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22 Nov - "Central Neural Mechanisms to Defend Life from Environmental Stressors" Lecture by Kazuhiro Nakamura, Nagoya University Graduate School of Medicine, Japan

The visit of Kazuhiro Nakamura is organised in collaboration with Domenico Tupone from the Department Biomedical and Neuromotor Sciences.

Nov 22, 2019 from 05:00 PM to 07:00 PM

Where Sala Rossa, Palazzo Marchesini, via Marsala 26, Bologna (first floor)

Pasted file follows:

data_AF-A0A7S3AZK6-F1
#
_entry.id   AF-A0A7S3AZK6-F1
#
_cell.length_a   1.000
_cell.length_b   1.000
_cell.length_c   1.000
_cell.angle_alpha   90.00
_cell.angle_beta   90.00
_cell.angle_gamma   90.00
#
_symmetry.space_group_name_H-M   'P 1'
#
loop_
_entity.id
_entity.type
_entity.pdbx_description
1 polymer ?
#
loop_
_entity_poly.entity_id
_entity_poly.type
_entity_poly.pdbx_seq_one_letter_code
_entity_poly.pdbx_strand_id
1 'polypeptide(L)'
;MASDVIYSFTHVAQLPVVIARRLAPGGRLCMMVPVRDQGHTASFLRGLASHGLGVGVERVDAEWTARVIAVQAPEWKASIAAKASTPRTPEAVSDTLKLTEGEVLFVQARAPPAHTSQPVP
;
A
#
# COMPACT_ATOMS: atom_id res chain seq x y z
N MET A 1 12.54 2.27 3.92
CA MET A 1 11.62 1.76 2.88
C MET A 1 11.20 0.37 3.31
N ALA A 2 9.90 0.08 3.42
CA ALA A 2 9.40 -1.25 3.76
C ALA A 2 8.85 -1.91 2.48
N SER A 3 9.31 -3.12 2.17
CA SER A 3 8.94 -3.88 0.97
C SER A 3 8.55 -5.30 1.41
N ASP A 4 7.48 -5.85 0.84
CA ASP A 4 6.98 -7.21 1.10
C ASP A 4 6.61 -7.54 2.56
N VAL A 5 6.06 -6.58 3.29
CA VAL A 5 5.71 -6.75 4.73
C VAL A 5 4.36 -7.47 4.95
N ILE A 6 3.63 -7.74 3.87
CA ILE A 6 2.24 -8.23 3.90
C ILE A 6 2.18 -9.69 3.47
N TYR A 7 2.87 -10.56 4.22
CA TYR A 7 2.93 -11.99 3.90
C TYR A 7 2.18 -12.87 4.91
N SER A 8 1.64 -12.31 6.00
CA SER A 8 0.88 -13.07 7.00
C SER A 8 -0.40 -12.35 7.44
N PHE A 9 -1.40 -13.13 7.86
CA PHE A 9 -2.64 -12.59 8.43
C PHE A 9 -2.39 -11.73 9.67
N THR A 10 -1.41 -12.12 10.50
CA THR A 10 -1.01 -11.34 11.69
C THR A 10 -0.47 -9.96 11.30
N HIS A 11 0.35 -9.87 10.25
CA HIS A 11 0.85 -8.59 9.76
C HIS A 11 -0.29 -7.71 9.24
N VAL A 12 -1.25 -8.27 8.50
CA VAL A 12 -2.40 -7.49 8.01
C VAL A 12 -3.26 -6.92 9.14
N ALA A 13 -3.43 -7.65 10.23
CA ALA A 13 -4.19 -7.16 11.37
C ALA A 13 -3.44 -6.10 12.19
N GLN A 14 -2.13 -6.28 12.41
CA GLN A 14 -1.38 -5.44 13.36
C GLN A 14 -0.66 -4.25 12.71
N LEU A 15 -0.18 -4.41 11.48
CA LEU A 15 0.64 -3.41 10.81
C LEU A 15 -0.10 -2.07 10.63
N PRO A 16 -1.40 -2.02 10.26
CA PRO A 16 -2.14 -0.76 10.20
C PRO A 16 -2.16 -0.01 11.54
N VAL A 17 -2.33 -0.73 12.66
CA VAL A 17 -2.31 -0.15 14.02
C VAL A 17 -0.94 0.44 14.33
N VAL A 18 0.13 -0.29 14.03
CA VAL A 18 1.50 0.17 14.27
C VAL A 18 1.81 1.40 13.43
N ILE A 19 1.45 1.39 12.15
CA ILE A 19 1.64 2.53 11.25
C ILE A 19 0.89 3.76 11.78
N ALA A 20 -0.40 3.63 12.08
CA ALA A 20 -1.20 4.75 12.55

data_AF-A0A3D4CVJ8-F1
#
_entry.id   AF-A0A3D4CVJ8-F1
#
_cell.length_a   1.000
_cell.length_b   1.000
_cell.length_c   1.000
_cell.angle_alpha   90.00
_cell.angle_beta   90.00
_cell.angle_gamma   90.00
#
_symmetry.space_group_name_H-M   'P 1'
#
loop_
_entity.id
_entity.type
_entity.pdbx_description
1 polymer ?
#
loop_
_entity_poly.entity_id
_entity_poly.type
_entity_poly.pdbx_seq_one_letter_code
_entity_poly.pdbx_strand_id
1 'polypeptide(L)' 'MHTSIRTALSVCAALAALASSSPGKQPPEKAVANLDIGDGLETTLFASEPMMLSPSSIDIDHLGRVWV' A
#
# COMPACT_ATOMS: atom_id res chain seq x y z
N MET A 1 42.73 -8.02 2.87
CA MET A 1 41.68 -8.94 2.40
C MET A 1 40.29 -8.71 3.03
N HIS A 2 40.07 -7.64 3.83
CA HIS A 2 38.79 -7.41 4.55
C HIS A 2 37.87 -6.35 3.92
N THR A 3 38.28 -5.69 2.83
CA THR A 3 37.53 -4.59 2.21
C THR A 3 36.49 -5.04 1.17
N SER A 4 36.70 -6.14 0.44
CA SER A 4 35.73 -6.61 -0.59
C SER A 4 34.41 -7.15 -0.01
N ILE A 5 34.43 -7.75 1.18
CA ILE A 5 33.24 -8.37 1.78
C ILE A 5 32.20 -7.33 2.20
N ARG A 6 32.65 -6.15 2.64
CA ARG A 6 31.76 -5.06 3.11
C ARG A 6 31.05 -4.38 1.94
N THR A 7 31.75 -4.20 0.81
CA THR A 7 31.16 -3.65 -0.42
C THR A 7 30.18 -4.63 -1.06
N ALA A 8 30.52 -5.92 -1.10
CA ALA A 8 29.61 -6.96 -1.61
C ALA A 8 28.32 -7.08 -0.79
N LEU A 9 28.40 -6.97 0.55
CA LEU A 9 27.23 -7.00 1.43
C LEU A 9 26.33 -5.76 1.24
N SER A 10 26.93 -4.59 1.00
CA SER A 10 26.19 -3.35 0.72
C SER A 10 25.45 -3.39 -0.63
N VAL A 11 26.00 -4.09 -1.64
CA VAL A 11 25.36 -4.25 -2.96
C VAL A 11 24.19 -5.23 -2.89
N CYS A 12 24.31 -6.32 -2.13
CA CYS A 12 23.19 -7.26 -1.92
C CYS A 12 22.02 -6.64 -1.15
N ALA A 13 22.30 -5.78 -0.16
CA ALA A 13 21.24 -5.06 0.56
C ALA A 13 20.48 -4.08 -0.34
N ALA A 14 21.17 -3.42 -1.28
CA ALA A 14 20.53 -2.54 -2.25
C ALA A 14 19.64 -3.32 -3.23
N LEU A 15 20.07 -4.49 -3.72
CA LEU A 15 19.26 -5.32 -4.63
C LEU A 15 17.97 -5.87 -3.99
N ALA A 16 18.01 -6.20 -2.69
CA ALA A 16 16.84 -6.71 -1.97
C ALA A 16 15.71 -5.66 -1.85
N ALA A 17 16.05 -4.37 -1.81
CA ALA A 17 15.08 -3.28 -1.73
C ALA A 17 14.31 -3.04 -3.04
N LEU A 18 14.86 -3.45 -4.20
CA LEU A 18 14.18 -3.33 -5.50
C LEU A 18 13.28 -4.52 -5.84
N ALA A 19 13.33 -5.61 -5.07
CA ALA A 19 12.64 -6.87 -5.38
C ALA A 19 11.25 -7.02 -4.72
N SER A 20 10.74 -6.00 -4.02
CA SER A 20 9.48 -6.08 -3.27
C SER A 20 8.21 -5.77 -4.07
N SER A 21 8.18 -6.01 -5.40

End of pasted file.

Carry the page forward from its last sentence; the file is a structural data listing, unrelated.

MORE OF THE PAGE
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Anyone is surrounded by a variety of environmental stressors (ES), such as heat, cold, infection, natural enemies, and starvation. Our brain has neural circuits to defend homeostasis and life from ES. By combining in vivo physiological, neuroanatomical, and molecular biological techniques, we have sought to elucidate the central neural circuit mechanisms that defend life from ES. We have revealed central circuits transmitting thermosensory information from the skin to the hypothalamic thermoregulatory center, which then transmits command signals to thermoregulatory effectors, such as brown adipose tissue and skeletal muscles, to defend body core temperature from environmental thermal challenges. We found that this circuit mediates fever, occurring during infection, as well as sympathetic responses (hyperthermia, tachycardia, hypertension) to psychological stress when animals confront enemies. We are currently studying how emotion and psychological stress affect the homeostatic ‘vital’ system in the hypothalamus. Recently, we also discovered a neural circuit driving hunger responses to starvation–reduced heat production and promoted feeding. The central circuits to protect homeostasis and life from ES constitute the fundamental system for life functions in mammals, including humans, and the knowledge contributes to understanding the etiologies of many diseases, such as obesity, diabetes and stress symptoms.